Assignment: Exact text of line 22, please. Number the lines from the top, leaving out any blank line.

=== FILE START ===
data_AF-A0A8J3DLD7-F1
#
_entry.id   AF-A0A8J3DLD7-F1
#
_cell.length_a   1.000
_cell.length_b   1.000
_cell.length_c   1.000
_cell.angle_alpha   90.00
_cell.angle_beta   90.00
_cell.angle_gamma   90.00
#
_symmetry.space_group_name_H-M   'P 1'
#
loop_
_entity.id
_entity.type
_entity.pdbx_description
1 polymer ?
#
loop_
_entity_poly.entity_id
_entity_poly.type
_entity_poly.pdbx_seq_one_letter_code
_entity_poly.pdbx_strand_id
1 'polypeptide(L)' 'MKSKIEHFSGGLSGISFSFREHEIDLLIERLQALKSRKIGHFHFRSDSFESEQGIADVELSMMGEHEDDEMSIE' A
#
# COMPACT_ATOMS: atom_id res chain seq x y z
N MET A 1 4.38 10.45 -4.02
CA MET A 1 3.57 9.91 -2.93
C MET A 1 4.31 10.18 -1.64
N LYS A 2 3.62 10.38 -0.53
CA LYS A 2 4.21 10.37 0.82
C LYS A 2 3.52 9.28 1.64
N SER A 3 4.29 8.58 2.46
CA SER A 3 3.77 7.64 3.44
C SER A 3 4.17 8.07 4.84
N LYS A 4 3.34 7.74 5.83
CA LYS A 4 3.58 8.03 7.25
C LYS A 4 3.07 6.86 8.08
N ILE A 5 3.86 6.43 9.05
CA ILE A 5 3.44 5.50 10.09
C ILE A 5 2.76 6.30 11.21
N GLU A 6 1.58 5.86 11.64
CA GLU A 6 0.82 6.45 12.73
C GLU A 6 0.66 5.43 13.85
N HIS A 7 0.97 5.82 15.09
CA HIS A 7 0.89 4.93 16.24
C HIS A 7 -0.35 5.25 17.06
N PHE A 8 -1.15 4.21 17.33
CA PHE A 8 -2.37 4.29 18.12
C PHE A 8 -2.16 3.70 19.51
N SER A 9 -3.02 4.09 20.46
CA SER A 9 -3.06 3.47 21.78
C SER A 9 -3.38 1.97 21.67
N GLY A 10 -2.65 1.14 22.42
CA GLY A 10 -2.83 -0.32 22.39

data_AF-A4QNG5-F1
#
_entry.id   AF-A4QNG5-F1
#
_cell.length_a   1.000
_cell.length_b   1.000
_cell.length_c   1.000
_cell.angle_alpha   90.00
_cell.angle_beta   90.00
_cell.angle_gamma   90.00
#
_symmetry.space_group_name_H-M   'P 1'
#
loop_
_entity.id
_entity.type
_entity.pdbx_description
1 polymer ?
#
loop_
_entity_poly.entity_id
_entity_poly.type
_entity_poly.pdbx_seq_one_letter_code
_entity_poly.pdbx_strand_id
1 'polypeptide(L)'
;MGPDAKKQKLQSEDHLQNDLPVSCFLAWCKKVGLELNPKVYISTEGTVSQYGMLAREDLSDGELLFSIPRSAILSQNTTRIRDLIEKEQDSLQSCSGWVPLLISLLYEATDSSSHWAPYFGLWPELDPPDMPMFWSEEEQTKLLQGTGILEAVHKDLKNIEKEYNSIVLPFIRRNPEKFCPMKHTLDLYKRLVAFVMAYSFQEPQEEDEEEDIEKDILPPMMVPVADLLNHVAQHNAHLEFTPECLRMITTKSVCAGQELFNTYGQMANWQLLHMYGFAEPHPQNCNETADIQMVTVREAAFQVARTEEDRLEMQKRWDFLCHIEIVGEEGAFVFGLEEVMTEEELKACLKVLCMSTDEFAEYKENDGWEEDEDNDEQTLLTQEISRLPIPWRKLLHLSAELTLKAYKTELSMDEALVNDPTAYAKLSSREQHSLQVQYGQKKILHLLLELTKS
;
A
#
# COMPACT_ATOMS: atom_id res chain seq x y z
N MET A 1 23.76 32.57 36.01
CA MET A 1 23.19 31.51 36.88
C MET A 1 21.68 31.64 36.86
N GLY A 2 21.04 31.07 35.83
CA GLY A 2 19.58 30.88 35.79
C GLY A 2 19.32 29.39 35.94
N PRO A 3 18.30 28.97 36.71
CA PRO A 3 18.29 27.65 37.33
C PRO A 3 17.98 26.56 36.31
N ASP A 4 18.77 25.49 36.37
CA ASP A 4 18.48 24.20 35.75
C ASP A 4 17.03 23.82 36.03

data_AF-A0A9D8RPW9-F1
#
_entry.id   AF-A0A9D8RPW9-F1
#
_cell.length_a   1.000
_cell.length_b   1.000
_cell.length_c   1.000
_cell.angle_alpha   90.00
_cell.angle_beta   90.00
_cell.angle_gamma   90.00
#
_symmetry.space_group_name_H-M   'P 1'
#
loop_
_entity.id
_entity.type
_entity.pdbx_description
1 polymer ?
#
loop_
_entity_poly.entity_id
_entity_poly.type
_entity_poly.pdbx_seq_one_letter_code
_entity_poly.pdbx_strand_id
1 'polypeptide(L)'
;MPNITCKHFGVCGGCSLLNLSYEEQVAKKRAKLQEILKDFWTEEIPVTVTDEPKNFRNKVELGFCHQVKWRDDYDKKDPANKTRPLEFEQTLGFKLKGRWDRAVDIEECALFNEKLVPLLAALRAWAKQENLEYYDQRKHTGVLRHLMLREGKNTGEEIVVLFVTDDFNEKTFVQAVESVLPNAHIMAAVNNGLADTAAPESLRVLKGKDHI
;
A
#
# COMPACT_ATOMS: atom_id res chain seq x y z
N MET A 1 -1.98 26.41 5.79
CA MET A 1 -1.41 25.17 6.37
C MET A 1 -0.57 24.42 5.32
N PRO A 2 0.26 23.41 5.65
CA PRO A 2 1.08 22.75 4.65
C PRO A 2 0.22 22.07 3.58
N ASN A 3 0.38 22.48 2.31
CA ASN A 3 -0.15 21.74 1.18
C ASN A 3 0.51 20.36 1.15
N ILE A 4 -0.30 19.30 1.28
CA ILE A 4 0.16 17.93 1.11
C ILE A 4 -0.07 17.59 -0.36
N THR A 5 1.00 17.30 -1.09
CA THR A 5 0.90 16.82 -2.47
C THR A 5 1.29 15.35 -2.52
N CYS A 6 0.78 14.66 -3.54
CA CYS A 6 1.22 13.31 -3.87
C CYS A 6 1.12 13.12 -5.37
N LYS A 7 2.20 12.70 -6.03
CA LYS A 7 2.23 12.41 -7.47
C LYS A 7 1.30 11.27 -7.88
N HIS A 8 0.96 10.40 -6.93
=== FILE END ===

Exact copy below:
_entity_poly.type